From time to time I am asked, which science is the stronger one, ecology or economy. The answer is obvious. Ecology sets the framework for all human activities, including and especially the economy. There is no sustainable economic or social development if we keep breaching ecological limits.
Covid-19 confirmed cases in Finland and other countries
(move mouse or touch to see the trend in different countries)
Source: Our world in data
Active international cooperation is a key issue in meeting the biggest challenges of our time, such as climate change, overconsumption of natural resources and turning our economies to a sustainable path. Open exchanges of ideas and bringing people from different educational, professional and cultural backgrounds to work together often leads to the best possible results in developing solutions to multifaceted challenges.
As an organic farmer, I participated in numerous international events. During my farming carrier I had voluntary or paid workers and practicians from more than 20 countries. I learned a lot from them. I hope they learned a lot on my farm too.
The year 2015 was an extremely important one for international efforts to enhance sustainable development globally. First, all the countries of the world agreed upon 17 Sustainable Development Goals (SDGs) and their implementation plan, Agenda 2030. For the first time ever, there are shared goals for all countries to work for socially, environmentally and economically sustainable development. Later in 2015, we succeeded in negotiating the Paris Climate Agreement. Again, the majority of states were committed to working towards its goal of keeping global temperature rise well below 2 degrees Celsius.
Feeding a rapidly growing world in the face of climate change and resource scarcity will be an immense challenge and test for human ingenuity. The effects of climate change on food production around the world are accelerating and could lead to more than 500,000 deaths by the year 2050, according to a grim new study. Rising temperatures, more frequent droughts and extreme weather events will result in crop productivity losses for farmers in many parts of the world.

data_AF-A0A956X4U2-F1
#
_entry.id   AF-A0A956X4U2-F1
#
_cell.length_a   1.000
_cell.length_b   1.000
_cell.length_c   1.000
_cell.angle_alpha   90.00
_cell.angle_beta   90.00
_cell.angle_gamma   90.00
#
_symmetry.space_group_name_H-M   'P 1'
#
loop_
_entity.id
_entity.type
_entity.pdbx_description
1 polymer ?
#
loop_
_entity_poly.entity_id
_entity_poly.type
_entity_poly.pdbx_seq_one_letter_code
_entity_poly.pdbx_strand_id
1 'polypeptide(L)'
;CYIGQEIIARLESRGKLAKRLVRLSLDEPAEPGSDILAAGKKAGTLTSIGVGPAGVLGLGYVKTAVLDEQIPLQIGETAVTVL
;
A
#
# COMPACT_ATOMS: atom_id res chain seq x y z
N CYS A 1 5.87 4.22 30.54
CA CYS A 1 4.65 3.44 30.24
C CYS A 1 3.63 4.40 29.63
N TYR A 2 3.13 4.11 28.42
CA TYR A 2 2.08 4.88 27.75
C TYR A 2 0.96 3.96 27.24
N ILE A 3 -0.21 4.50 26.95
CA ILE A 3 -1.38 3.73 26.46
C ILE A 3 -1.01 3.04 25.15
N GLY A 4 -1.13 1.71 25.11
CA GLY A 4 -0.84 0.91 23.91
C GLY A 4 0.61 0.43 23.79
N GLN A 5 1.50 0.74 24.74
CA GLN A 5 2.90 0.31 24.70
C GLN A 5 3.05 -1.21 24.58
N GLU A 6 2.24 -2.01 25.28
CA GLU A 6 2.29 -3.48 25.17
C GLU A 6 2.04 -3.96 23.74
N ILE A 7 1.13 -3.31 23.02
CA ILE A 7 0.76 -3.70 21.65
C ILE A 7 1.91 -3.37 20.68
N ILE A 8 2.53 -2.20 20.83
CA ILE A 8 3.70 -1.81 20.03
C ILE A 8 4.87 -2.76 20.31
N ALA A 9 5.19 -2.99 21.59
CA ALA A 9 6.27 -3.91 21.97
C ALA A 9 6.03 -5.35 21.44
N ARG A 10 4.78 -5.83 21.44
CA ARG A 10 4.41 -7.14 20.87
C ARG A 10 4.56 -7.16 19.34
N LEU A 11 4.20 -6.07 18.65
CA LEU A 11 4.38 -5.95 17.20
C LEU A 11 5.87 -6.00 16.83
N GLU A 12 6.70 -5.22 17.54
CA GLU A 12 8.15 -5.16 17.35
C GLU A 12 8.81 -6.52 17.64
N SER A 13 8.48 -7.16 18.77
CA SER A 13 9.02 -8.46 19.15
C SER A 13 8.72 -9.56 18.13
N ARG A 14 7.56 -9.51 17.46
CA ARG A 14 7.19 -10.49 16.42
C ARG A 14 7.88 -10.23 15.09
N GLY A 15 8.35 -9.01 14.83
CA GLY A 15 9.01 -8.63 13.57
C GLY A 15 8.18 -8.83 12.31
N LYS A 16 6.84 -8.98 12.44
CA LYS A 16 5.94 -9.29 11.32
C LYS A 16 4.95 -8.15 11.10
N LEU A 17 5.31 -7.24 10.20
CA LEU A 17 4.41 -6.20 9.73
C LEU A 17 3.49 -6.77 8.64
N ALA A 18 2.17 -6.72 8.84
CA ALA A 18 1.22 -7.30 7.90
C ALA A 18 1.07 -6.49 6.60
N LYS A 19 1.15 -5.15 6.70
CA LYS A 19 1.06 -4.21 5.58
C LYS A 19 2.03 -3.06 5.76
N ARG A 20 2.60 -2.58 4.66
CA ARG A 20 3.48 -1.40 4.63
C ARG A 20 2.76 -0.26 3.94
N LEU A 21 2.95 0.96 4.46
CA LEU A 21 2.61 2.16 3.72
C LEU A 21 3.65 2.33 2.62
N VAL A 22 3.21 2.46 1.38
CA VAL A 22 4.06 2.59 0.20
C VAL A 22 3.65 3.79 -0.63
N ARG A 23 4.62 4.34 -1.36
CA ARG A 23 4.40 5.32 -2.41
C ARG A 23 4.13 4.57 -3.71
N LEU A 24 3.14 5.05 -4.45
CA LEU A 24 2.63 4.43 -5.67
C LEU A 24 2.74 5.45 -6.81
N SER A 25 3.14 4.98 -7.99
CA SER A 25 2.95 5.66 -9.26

Slush is a startup and tech conference organised annually in Helsinki, Finland. Last year Slush took place 30 Nov - 1 Dec 2017. The event which was established in 2008 by a few techies and game producers, has grown to a huge international event, from a small gathering of 300 people.
This was my first experience with Slush. Arriving there was like stepping into the future. There were cool startups and new inventions everywhere you looked. It felt super inspiring and motivating to see what these intelligent and innovative people had come up with, to help other people and the community.
When I was a boy Finnish winters used to be cold and snowy. A white Christmas was more of a rule than an exception. Today, things have turned the other way around, at least in the Helsinki region: winters have gradually become rainy and warmer than before. However, globally we are among the very fortunate ones – it can be annoying to walk dark and rainy streets for months but that is nothing compared to the extreme weather conditions caused by climate change in other parts of the world.
European Economy Commissioner Paolo Gentiloni hinted at the possibility that the Commission may utilise pan-European tools in the form of equities to rebalance risk in the Eurozone. On the same note, the French treasury proposed in a position paper an “equity fund” to recapitalise businesses or buy shares in domestic companies.
As the European crisis deepens and pressure on the Commission mounts, the following questions arise: How and in what scale will the Commission act? Will the Commission implement a direct or indirect financial instrument to stimulate economies of EU member states?
As Covid-19’s spread subdues in Finland and other countries, harsh restrictions to curb the transmission are being loosened gradually. Although this fight won’t end soon, hope to have a more normal life is getting high. In this global fight against Covid-19, countries have adopted various approaches, but the South Korean way has caught the eyes of the world, and for good reasons.
In early March, my country had the highest number of confirmed cases in the world outside China. Many countries shut down their borders against South Korean travellers, and foreigners hurriedly left the country.
Since December 2019, China has been at the center of attention for a new and different reason, the emergence of SARS-CoV-2 and the ensuing pandemic. While China took control of the spread inside it’s territory, the infection has now spread to almost every country in the world and both infection and deaths rates have surpassed that of China’s in some other countries. Helsinki Times sat down with Ambassador Chen Li in this exclusive interview to discuss issues related to the pandemic and China’s side of the story in this still unfolding global crisis.
The Finnish government has decided to reopen basic education starting May 14th for the rest of the academic semester, which ends at the beginning of June. The decision does not leave any leeway for municipalities, schools, teachers or parents, and makes it compulsory for everyone. Teachers in risk groups or kids who have high-risk family members should present a doctor's statement to stay home. Those who have "flu-like" symptoms can also stay home.